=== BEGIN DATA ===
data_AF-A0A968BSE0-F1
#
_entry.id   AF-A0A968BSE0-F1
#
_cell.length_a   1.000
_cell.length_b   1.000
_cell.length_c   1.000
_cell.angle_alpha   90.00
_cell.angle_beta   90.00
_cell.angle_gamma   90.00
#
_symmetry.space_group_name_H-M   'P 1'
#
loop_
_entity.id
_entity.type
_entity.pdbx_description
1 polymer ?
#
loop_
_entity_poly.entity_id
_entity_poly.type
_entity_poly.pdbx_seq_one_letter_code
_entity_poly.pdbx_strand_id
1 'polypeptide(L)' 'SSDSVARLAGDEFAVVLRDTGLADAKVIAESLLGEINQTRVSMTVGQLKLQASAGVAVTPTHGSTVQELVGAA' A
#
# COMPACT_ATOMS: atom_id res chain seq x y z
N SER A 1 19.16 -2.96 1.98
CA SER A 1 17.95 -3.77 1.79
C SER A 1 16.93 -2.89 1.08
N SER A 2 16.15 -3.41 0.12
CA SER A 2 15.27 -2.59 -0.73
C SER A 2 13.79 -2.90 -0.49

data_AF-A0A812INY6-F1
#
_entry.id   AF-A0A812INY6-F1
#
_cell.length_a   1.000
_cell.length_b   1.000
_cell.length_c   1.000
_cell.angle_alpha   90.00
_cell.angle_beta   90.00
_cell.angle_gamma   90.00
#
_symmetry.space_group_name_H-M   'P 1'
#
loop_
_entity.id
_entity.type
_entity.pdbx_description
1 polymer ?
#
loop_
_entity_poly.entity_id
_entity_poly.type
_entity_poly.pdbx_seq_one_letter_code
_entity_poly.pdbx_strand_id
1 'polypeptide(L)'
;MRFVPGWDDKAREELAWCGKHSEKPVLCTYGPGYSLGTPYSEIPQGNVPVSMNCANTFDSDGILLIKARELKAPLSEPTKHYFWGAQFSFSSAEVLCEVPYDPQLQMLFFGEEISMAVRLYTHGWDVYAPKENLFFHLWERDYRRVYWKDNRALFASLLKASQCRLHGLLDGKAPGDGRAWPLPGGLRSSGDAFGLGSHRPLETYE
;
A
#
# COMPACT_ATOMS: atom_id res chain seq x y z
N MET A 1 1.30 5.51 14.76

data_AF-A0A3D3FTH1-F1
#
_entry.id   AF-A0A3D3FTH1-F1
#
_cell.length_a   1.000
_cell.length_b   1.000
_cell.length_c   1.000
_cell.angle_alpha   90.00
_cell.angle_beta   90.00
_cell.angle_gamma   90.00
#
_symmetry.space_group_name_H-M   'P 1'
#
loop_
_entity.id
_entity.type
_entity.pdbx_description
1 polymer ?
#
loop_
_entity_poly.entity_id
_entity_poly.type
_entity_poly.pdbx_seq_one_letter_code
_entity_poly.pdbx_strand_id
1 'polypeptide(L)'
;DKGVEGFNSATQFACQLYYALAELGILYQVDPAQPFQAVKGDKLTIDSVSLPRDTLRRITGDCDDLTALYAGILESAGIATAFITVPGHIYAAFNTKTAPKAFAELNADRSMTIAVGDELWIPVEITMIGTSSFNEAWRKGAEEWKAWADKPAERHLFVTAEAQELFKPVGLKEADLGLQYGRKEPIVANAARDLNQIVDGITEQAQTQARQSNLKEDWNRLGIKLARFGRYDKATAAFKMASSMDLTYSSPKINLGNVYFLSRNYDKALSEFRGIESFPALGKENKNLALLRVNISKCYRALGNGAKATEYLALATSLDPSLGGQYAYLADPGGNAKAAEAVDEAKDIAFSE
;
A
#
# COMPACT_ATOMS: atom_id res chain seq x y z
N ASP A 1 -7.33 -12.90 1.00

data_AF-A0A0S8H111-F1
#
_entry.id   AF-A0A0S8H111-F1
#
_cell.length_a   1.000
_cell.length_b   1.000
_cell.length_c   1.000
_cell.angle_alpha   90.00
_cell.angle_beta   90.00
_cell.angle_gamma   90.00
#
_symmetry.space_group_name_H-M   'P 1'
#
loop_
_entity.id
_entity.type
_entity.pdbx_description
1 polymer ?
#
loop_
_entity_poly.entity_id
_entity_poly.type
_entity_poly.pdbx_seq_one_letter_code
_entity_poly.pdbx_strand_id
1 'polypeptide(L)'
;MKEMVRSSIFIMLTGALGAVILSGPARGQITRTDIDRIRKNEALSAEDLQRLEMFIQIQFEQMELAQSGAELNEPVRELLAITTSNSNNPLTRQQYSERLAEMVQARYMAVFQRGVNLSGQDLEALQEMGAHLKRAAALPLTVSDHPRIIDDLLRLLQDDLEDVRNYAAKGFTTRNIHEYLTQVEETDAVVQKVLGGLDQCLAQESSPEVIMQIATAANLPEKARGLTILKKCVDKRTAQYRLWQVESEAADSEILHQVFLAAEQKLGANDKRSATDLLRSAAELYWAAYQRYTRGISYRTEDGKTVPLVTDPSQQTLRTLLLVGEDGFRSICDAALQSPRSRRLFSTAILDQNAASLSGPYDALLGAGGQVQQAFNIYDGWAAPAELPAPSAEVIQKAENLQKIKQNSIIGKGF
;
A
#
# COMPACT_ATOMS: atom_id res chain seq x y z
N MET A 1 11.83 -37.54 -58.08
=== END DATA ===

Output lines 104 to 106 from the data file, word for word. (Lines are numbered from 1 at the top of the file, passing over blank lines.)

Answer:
_cell.angle_beta   90.00
_cell.angle_gamma   90.00
#